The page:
Knicks Front Office Reportedly Didn't Think Mike Woodson Held NY Accountable

Dan FavaleFeatured ColumnistJanuary 16, 2014

NEW YORK, NY - DECEMBER 16:  New York Knicks head coach Mike Woodson directs his team during the second half against the Washington Wizards at Madison Square Garden on December 16, 2013 in New York City. NOTE TO USER: User expressly acknowledges and agrees that, by downloading and/or using this photograph, user is consenting to the terms and conditions of the Getty Images License Agreement. The Wizards defeat the Knicks 102-101.  (Photo by Maddie Meyer/Getty Images)
Maddie Meyer/Getty Images

New York Knicks head coach Mike Woodson's spick-and-span iron fist was apparently a late Christmas present.

After loosely coaching the Knicks to a 9-21 start, Woodson was given the green light by owner James Dolan and general manager Steve Mills to tighten things up.

Those wondering why, wonder no more. Frank Isola of the New York Daily News has the details:

J.R. Smith is in many ways a charter member of Mike Woodson’s 'accountability club,' a new initiative the head coach started in 2014 at the request of upper management.

According to a team source, Garden chairman James Dolan and team president Steve Mills felt that Woodson wasn’t holding his players accountable amid the Knicks’ slow start, when they went 9-21.

All right, maybe Woodson's iron fist wasn't a gift so much as it was a decree. Whatever it was, it's working.

The Knicks are 6-2 in 2014, only a half-game outside the Eastern Conference's playoff picture heading into their bout against the league-leading Indiana Pacers. Holding players more accountable appears to have righted New York's capsizing ship, even if only slightly.

Chief among Woodson's New Year's resolution—yeah, let's call it that—is putting Smith on the hook for everything he says or does.

It started with his benching in the Knicks' victory over the Miami Heat. Infuriated by Smith's repeated childish behavior—most recently, Shoelace-gate—Woodson forced the reigning Sixth Man of the Year to watch on as his team won without him.

Smith's relationship with Woody has seen better days.
Smith's relationship with Woody has seen better days.USA TODAY Sports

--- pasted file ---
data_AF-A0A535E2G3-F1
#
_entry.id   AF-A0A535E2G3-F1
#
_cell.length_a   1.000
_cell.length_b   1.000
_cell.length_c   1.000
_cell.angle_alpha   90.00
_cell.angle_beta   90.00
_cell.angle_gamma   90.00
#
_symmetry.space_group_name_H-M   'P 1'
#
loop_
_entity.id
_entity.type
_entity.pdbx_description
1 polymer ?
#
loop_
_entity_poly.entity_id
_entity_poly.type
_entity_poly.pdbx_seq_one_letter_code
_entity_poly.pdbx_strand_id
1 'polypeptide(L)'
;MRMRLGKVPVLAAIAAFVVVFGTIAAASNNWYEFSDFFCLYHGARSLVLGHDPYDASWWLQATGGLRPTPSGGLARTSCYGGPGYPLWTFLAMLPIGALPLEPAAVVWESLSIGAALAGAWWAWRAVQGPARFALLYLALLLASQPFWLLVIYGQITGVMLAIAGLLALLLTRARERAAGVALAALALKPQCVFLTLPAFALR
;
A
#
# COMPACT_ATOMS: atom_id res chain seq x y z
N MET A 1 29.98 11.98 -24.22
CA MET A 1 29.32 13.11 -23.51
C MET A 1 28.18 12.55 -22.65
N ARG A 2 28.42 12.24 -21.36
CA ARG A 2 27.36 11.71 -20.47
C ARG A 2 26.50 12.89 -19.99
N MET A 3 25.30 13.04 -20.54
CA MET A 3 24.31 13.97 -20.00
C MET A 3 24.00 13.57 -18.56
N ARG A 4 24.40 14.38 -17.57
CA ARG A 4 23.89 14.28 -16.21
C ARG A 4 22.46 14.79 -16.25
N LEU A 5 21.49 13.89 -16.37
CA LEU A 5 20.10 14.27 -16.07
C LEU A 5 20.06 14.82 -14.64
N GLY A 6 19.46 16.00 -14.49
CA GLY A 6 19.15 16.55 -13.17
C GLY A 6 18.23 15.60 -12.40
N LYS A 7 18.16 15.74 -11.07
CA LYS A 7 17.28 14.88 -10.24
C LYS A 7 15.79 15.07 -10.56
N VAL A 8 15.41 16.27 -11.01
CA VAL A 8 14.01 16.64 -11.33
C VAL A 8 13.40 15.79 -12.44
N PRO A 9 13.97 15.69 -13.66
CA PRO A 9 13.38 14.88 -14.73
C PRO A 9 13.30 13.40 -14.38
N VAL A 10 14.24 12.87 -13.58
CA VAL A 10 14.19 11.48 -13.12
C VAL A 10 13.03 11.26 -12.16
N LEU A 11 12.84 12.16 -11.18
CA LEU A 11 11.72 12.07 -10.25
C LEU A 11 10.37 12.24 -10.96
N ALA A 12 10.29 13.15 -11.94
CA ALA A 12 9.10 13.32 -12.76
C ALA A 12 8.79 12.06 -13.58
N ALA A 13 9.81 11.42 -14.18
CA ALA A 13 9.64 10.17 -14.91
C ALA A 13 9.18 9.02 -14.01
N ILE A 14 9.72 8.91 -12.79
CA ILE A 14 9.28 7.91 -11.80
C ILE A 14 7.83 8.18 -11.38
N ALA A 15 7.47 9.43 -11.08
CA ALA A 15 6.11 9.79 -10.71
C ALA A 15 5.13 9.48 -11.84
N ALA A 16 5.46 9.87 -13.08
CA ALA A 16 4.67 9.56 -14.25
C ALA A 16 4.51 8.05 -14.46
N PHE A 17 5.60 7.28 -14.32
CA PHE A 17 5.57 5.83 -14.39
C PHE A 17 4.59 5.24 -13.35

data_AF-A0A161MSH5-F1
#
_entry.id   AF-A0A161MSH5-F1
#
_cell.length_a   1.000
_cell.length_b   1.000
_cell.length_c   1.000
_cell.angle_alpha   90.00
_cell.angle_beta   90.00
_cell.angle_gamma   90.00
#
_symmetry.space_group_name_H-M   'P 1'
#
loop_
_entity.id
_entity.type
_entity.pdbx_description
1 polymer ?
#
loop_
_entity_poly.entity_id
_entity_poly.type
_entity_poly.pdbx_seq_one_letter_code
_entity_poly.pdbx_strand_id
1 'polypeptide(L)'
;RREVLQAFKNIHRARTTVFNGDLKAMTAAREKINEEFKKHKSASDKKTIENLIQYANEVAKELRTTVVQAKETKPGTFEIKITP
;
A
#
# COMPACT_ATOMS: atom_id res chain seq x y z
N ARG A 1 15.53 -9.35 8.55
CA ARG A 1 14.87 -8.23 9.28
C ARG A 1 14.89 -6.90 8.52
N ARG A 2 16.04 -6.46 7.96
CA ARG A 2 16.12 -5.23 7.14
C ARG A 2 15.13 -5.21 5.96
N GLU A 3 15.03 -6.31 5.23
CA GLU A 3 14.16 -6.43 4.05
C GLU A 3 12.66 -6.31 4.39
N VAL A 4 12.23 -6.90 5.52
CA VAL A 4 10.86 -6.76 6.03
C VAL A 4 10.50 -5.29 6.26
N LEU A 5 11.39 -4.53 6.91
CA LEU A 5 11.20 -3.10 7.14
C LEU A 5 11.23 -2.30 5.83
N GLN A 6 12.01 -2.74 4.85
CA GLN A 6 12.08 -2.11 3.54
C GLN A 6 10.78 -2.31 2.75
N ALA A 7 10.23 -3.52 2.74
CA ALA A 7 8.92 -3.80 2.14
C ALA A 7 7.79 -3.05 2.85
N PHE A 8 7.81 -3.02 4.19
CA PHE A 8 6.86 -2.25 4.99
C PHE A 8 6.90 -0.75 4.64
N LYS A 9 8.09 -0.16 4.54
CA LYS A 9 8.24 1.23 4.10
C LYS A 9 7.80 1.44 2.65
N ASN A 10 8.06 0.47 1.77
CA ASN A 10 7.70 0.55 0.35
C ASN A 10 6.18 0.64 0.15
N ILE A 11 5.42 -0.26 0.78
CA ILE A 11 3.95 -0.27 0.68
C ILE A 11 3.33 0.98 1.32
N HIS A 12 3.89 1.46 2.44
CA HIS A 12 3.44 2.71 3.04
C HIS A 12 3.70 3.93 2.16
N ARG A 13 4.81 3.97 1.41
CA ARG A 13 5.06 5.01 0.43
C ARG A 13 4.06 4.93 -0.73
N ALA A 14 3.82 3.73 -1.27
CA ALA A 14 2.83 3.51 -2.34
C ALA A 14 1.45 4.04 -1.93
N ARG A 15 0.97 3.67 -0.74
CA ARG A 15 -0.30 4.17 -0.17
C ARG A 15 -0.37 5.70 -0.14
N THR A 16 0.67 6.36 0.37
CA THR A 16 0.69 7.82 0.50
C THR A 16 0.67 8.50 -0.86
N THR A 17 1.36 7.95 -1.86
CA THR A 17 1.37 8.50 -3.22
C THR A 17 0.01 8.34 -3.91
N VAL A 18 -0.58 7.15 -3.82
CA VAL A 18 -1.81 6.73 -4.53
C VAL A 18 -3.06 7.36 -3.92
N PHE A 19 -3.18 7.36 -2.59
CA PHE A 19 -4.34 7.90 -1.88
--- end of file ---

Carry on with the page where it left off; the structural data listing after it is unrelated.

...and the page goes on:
"At at the end of the day, he has got to grow up," Woodson said on ESPN New York 98.7 FM following Smith's shoelace incident, per Hoopsworld's Tommy Beer.

Although Smith played in each of New York's next two games—both wins—he found himself sidelined when the Knicks lost to the Charlotte Bobcats, stemming from what ESPN New York's Ian Begley called a confrontation with Woodson:

Knicks guard J.R. Smith was late to a team meeting Tuesday, sources told, which may have led to his benching Tuesday night against the Charlotte Bobcats.

Smith also had a run-in with coach Mike Woodson on Monday after he complained about his playing time in overtime of the Knicks' win over the Phoenix Suns, sources confirmed.

Sources say Smith expressed his frustration with Woodson during the game and the two had a brief, heated discussion over Smith's displeasure shortly after the game. Smith's tardiness Tuesday and frustration with playing just 45 seconds in overtime likely led to Woodson benching Smith on Tuesday against Charlotte.

Showing Smith who's boss is an accomplishment for Woodson. The coach has been his biggest supporter since taking the reins, and Smith has seldom rewarded Woodson for his loyalty.

Not long ago, it seemed this day would never come—the day when Woodson would grow a pair.

The Knicks organization seemed to be the Smith family's personal butler, coddling J.R. while inexplicably retaining his brother, Chris, for more than a third of the season. 

But no more.

Smith's brother is gone, and Dolan has uncharacteristically given Woodson a backbone, the ability to control his team and, most importantly, discipline—swish.

For a coach who's guided an $88-million contingent to a 15-23 start, that kind of power is priceless.